Don’t be discouraged, for I am your God.
I will strengthen you and help you.
I will hold you up with my victorious right hand. – Isaiah 41:8-10

God holds the future. Notice how Isaiah points to the past, present, and future. God’s people could look back and see a long standing relationship with God, “I have chosen you.” They have been his people for a long time. They can look to the present “I am with you, don’t be discouraged, for I am your God.” They can look to the future, “I will strengthen you, I will help you, I will hold you up with my victorious right hand.” Nothing could provide hope and help in times of fear like God Himself. In thinking of the future we do well to leave behind our superstitions and our anti-supernaturalism and turn to God. He holds the future as surely as He has held the past and now holds the present.

The theme of “Don’t be afraid, for I am with you” will sound familiar to the Christian. We can think of the angels announcing the birth of Jesus to the shepherds:

They were terrified, but the angel reassured them. “Don’t be afraid!” he said. “I bring you good news that will bring great joy to all people.  The Savior—yes, the Messiah, the Lord—has been born today in Bethlehem, the city of David!  – Luke 2:9-11

That God had become present through Jesus was good news, and so “do not be afraid”! We are also reminded of the last words of Jesus to the disciples in the Gospel of Matthew:

And be sure of this: I am with you always, even to the end of the age. – Matthew 28:20

Like the people of Isaiah’s day, we can look to the past to see the relationship God has been pursuing with us. We can look to Christmas, we can look to Easter and the reconciliation that He has offered at the cross. We can also look to God’s presence in our lives now. We can look forward to God keeping His promises in the future.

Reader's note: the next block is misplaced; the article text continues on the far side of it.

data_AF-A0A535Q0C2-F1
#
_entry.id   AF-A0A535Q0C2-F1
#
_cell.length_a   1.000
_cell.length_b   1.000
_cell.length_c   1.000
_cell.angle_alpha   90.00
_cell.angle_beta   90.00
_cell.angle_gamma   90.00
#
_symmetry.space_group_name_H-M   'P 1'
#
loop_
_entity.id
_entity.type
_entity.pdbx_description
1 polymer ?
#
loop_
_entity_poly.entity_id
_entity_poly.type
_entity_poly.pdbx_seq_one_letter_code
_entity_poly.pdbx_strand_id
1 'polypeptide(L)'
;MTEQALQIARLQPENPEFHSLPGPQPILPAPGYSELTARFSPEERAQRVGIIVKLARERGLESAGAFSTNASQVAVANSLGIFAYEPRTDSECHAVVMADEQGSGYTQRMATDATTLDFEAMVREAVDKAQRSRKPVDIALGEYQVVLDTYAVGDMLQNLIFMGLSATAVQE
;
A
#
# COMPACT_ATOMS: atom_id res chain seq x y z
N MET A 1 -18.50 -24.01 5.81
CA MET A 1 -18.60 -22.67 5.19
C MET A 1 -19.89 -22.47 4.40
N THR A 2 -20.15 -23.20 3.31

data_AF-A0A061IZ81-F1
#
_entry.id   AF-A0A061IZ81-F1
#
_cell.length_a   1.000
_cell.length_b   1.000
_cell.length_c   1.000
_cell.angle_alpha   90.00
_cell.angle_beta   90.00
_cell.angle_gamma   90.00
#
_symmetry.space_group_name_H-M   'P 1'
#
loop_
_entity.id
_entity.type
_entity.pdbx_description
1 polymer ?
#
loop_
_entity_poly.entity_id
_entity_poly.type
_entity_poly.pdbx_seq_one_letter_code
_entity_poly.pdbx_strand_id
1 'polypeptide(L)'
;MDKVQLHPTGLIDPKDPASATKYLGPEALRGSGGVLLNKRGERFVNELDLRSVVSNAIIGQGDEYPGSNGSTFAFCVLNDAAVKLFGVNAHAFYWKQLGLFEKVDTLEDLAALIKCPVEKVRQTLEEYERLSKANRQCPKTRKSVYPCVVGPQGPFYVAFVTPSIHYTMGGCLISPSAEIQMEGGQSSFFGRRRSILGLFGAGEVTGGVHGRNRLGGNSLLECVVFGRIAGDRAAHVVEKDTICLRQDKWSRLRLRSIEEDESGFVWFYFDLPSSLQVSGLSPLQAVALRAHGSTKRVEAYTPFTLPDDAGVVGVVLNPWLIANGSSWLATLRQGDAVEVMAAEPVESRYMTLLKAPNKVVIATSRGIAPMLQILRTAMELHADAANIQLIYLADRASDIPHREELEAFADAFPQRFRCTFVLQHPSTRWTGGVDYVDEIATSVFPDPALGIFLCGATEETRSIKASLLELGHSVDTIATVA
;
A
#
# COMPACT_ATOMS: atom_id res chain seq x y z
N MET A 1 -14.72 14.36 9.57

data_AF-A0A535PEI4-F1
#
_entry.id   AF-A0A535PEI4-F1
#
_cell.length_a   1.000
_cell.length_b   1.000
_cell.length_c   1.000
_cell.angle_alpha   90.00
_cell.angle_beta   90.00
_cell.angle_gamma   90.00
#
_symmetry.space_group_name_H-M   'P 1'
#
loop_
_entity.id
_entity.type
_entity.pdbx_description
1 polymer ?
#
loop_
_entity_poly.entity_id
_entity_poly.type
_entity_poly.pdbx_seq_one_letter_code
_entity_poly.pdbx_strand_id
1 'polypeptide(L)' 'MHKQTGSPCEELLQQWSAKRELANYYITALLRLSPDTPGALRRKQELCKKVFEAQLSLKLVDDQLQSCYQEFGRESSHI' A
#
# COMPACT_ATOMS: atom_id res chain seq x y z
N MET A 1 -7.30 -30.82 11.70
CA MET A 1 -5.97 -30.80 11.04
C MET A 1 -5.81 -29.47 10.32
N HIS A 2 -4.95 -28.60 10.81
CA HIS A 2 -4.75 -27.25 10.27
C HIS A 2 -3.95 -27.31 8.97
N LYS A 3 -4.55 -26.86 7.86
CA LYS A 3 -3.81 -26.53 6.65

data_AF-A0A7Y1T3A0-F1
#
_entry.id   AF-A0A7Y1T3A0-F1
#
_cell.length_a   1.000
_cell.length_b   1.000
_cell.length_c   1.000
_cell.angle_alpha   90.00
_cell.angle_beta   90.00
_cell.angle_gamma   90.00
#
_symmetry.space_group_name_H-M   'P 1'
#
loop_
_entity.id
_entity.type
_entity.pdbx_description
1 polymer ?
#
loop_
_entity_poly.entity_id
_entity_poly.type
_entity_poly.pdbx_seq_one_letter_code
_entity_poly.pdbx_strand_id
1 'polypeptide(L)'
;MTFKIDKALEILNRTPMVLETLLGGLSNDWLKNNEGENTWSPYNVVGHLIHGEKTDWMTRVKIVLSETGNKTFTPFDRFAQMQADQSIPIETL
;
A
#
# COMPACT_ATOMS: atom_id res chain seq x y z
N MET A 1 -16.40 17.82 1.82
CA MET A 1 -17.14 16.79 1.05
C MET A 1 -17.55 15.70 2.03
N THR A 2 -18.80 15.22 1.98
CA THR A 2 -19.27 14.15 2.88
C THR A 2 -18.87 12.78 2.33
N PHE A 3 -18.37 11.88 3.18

2018 may have been a year marked by fear and discouragement for you. Perhaps Isaiah 41:10 is a verse you want to memorize for 2019.

Don’t be afraid, for I am with you.
Don’t be discouraged, for I am your God.
I will strengthen you and help you.
I will hold you up with my victorious right hand. – Isaiah 41:10

May your New Year be blessed and happy!


Scripture references are taken from the NLT

December 17, 2018

Choosing a Bible for a Child

Filed under: bible, Christianity, parenting — Tags: , , , — paulthinkingoutloud @ 10:08 am

With Christmas Eve a week away, I thought I’d look at this topic again; however, this is an new article written last week which was published elsewhere.

This hurriedly produced image shows the most popular Kids’ Bible in its two most popular translations, and a graphic Bible which we’ll discuss at the end of the article.

Unless you’re buying it as a family keepsake, very young children will be given a Bible storybook, which gives you three reading options, “Read to;” “Read with;” or “I Can Read.”

However, with an actual full Bible (New Testaments by themselves are hard to find) you’re assuming the child is going to be reading it on their own, if not now, in the very near future.

For the youngest kids, Simplified text versions like the NIrV (notice the little ‘r‘ slipped in there; it stands for New International Readers Version) offer a Grade 3.5 reading level with shorter sentences. (Can’t help you with place names or people names, though!) The International Children’s Bible or ICB is at a Grade 3.9 level. (It’s a cousin to the NCV, New Century Version.)

For kids who are now in Grade 3 or higher (or read well in Grade 2) they can handle a regular NIV, NLT; but with children I would avoid the ESV or NKJV unless there is a strong family/church preference

As the kids get older, there are specialty Bibles for girls and boys; and also the same options as we have for adults: Text-only, Study Bibles, or Devotional Bibles.

There are some great editions for teens, but for tweens, make sure any topical issues introduced in the supplementary readings aren’t too mature.

I’ve also pictured a comic book Bible in the picture above. The Action Bible (product line shown below) and The Picture Bible are better for kids aged 10 and higher. These, and graphic-novel styled Bibles are preferred by boys over girls; and should never be a substitute for a regular Bible.

If the child is going to be taking the Bible back and forth from church, you can also buy a Bible case.